Women's rowing dominates over BU in lone home regatta

by Anna May Mott | 4/22/19 2:15am

The women’s rowing team raced their first and last home regatta last weekend against Boston University. It’s the only weekend this spring season they have to represent the Big Green on the Connecticut in front of friends and supporters, so naturally the team wanted to deliver a good result. And did they ever.

The team swept every race. The day started with a first-place finish from the first varsity eight, beating out BU by over seven seconds, and ended with lengths of open water and a 30-second buffer between Dartmouth’s victorious B four and the Terriers. 

According to V8 coxswain Katie Erdos ’20, the team went into this race confident, despite a few disappointing performances over the past couple weeks. At the Doc Hosea Invitational at the end of March, the first and second varsity eights failed to make the grand final, and at the Ivy League Invitational on April 7, both boats came in fourth in the race for the Class of 1984 Plaque. The team wasn’t discouraged by these results, however, because rowing for a school in New Hampshire comes with some innate disadvantages at the start of the spring season — namely, a frozen river.

Dartmouth’s first few races this spring season frequently followed long stretches of time off the water, and they lined up against some teams who have thawed rivers all winter long. Over the past few weeks, the team has spent practices in the freezing cold, dodging ice chunks and logs and fighting a powerful current from the open dam. Last weekend, the Connecticut River was in typical “spring in Hanover” form, with races delayed due to heavy fog and floating debris. But this time, the weather played to the Big Green’s favor — or at least, it left BU scrambling to adjust. 

“One thing we’ve held onto this whole season is like, ‘Okay, let’s control what we can control,’ and the conditions aren’t in our control,” Erdos said. “So, it’s nice that we were at home, we were ready for it, versus BU was probably like ‘What is going on? There’s a giant log floating down the course!’” 

Typically, regattas are scheduled to prioritize the team’s fastest boats — that is, the first varsity eights — and give them the most ideal racing weather. This means these boats usually race first, as conditions tend to deteriorate throughout the day. Last weekend, however, the lightweight men were set to race before the women but had their races delayed by over an hour due to thick fog and low visibility. This meant that by the time the women’s B four raced, those deteriorating conditions they’d hoped to avoid hit them full force.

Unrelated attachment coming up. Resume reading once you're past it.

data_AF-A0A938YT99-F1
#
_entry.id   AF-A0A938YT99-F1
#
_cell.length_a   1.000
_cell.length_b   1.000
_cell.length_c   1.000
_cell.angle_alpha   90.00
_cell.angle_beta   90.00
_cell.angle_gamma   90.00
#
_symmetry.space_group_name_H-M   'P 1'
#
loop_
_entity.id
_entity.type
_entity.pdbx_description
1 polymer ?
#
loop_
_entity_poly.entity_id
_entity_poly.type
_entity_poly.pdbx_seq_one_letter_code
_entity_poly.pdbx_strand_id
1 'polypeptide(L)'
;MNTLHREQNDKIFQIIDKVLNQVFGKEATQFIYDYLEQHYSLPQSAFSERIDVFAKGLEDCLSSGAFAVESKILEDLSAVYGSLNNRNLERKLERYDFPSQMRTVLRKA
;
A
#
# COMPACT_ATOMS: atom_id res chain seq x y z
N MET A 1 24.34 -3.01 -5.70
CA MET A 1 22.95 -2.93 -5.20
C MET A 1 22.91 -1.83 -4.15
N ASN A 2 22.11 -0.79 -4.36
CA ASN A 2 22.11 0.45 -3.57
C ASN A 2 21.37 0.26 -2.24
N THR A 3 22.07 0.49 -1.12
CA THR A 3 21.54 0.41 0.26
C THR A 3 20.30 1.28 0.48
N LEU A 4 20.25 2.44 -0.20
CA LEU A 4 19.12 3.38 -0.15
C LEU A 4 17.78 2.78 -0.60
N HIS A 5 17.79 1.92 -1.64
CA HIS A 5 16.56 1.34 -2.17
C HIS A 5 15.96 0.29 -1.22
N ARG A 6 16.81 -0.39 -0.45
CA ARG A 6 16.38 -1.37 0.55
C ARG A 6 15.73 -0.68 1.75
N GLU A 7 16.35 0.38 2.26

“The other three races that went on, the conditions were actually perfect, then all of a sudden we had huge gusts of winds that must have been like 10 or 15 miles an hour, and there were white caps,” B four coxswain Sophie Kwon ’22 said. “It was a little bit stressful, but my rowers handled it really well. So, conditions were livable.”

They certainly did handle it well. A win by more than 30 seconds is far from typical, especially in 2,000-meter pieces, which, for a four, were usually under eight minutes. It’s a very different experience, rowing a race without another boat right next to you, especially considering rowers race with their backs to the finish line, watching the competition fall behind. Frequently, coxswains will call moves and sprints by reacting to the pushes of other teams, and competitive spirit drives their rowers to pull harder. But in a race with an open water lead, the boat needs to find something else to motivate them.

“One thing that really helped was calling for ‘working together,’” Kwon said. “Everyone did a really good job of maintaining the energy, and moving together, and pulling for the people in our own boat rather than against the people that we were racing.”

The Big Green’s B four pulled away in the first few seconds with a powerful starting sequence and put the nail in BU’s coffin with an unquestionable lead by the 1,000-meter mark. 

As for the team’s outlook going forward, last weekend served as a confidence booster and possibly a glimpse at the speed they have to gain now that the Connecticut has thawed, and forecasts are improving. Weathr is always an unpredictable factor in rowing; a portion of the team traveled to South Carolina this week only to have their races canceled by tornado warnings. But Dartmouth’s competition has only seen a fraction of their potential, as they simply just haven’t had the time or the weather to practice as much as their southern competition. As the season progresses and conditions stabilize, the Big Green will see new opportunities open for them.

“One thing that’s an advantage for us is we continue to get better and improve well into the season, versus some teams find their max speed midway through,” Erdos said. “It’s kind of fun to be an underdog.”

Correction appended (April 22, 2019): The original title of this article said that Dartmouth defeated Harvard in its home regatta, when the team actually defeated Boston University. The title has been updated to reflect this.